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Bands to Watch #22: Kitty, Daisy and Lewis

 
By on Tuesday, 29th July 2008 at 6:23 pm
 

With their quiffs, red lipstick and vintage shirts, you’d be forgiven for thinking this rockabilly trio had just stepped out of the 1950’s. Meet Kitty, Daisy and Lewis, the North London siblings who count Ray Charles and Little Richard as the muse for their latest boogie woogie offerings.

They have already supported Razorlight and Mika and are set to release their second album. The twist to this Von Trapp hillbilly affair? These kids are just 15, 17 and 20.

“Since we were little we’ve always been playing music together at home as a family,” Kitty says.

“Our dad used to sing to us at bed time, songs like ‘Honolulu Rock a Roll a’ and Louis Prima’s ‘Buona Sera.'”

“It’s just the music we love because it makes you feel good. It has a good energy and a live raw sound.

“Most of all it makes you want to dance because it rocks!”

They have built a huge word-of-mouth audience through a string of gigs and festival appearances. And that’s not all. The brother and two sisters play guitar, piano, banjo, harmonica, double bass, ukulele, trombone and accordion between them.

“We are definitely a musical family,” Kitty says.

“We had a double bass which my dad used to sit me on top of while he played, and we had the odd harmonica lying around that we could fiddle with.”

“Dad showed us a couple of chords on the guitar and we just picked it up from there. ”

They came together almost by accident at a country and rockabilly jam seven years ago. When asked onstage, they played an impromptu version of ‘Folsom Prison Blues’ with Lewis on the banjo, Kitty on drums and Daisy on accordion.

Their passion for vintage music led to their compilation ‘A to Z – Kitty, Daisy & Lewis – The Roots Of Rock n Roll’ being named one of the Guardian’s 2007 ‘Albums Of The Year – 5/5’.

Now they are set to release their second album- a mixture of the covers their Dad used to sing to them, along with new material like ‘Buggin’ Blues.’ The album leads with the new single ‘Going up the Country’ – a summertime jam with harmonica solos and handclaps galore.

Ooo Wee, make way for the coolest kids in town.

‘Kitty, Daisy & Lewis’, the album, is out now on Sunday Best Recordings.

 

Live Review: The Polyphonic Spree @ The Astoria

 
By on Tuesday, 4th September 2007 at 2:22 am
 

The Polyphonic Spree in their Fragile Army UniformsSometimes a band comes across as a bit of a gimmick, a good one-trick pony. At first I thought The Polyphonic Spree were just this, a (large) collective with three albums of the same summery tunes. However, after being coaxed into going to see them, I quickly changed my mind – they’re a force to be reckoned with, ensuring that whoever is around them can’t help but feel the summer is here.

Opening up the show, a town crier and his son introduced the band with a bit of pantomime-audience participation, before a red banner was draped across the stage whilst the entire band assembled in their places allowing “musical director” Tim DeLaughter cut a heart shaped window into the fabric. The band revealed, things got off to a flying start. The band have ditched their traditional choral robes for this tour, instead opting for army-style jackets, all with the “Fragile Army” logos on – the Spree have got Political.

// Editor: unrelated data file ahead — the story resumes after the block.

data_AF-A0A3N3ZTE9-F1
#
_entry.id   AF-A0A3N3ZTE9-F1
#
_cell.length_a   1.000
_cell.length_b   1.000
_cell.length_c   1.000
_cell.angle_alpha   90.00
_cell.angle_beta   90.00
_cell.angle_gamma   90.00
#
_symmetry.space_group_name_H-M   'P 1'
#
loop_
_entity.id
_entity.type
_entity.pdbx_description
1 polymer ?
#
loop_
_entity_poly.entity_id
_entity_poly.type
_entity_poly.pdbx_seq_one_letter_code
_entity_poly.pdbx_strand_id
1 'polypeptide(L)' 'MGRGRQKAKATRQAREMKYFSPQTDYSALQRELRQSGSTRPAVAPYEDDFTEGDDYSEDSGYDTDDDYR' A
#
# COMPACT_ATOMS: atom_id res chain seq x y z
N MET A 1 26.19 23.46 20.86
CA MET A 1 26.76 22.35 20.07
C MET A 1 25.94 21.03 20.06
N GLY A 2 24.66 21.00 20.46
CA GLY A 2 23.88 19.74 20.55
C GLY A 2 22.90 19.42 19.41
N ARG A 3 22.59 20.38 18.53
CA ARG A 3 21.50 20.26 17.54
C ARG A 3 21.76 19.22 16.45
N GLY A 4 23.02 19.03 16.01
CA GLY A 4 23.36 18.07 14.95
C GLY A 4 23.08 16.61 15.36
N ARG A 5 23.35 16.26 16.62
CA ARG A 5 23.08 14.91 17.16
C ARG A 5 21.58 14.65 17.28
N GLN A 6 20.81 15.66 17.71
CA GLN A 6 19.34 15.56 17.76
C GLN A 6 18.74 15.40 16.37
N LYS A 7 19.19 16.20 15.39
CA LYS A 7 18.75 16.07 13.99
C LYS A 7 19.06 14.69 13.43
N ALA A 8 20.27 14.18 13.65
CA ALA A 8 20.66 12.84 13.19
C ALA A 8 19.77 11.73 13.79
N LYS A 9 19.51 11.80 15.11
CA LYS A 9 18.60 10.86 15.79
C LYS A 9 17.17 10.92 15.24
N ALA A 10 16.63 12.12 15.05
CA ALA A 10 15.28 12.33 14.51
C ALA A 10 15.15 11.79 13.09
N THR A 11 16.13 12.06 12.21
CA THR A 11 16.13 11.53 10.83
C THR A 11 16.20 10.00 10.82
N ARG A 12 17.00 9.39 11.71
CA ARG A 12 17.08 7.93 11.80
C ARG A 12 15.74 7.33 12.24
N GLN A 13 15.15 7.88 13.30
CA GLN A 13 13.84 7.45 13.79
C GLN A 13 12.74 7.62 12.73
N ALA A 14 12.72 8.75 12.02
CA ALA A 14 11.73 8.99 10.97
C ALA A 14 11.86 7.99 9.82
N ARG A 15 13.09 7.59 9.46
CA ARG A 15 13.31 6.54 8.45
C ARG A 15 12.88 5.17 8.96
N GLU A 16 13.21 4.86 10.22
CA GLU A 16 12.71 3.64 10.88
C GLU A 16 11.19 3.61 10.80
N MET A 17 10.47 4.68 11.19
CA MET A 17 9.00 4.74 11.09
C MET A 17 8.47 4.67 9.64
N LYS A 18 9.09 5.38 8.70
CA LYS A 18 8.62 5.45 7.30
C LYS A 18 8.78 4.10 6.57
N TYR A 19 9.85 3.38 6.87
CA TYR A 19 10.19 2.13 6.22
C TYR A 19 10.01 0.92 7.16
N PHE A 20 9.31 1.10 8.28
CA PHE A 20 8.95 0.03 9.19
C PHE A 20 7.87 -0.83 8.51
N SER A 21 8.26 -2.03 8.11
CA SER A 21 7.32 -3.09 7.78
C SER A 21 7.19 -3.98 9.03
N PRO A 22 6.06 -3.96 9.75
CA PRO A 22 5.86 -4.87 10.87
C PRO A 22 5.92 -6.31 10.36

Flowing into one continuous piece of music, the 22 member band managed to remain as tight as anything, with DeLaughter directing all the action throughout. Epic wasn’t the word, as they plunged through a setlist that would keep everyone happy: from the diehard b-sides fan through to those of us who only knew the classics. “Soldier Girl” was thrown into the set quite early, providing a chance for DeLaughter to come down to the front, and get generally mauled by the crowd. “Hold Me Now” saw mass hug-sessions from groups of friends, loving couples, and the just plain drunk.

The Polyphonic Spree - back in their robes and going for itAll too soon, it was announced that it was time for them to go, slowly leaving the stage one by one until only the harpist is left remaining, and crowd are left chanting for more. Soon enough, the band emerge. In the balcony. In their traditional robes. Congo-ing along the balcony rows, they make their way down to the stalls and through the crowd, making it up to the stage one by one, security counting them in and the band launching into one hell of a jam. Soon, Tim emerges, crowd surfing his way to the front to launch into a cover of Nirvana’s Lithium. To some of you, this will appear to be sacrilege, however it was absolutely amazing – the lyrics shining through and the self-loathing of the song becomes ironic with the whole band in tow.

Soon enough the end is upon us, DeLaughter seeming genuinely touched by the crowds reception, wishing a light-hearted farewell: “I hope y’all can still remember how to ride your bikes – you’re gonna need ‘em with this bitch of a tube strike!”, and with the final flourish of an old Tripping Daisy (DeLaughter’s old band) song “Sonic Bloom” they were gone, in a flourish of colour. Whilst we were coming down from the amazing high, we had to admit: they’re no one trick pony: they’re a force to be reckoned with. Make sure you catch them next time they’re in the capital.

Continue reading Live Review: The Polyphonic Spree @ The Astoria

 
 
 

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There Goes The Fear is where we tell you about the latest music, gigs, and tours we love and think you should too.

We love music that has its heart on its sleeve, tells a story, swims around our head all day or makes us dance like no-one's watching.

TGTF was edited by Mary Chang, based in Washington, DC.

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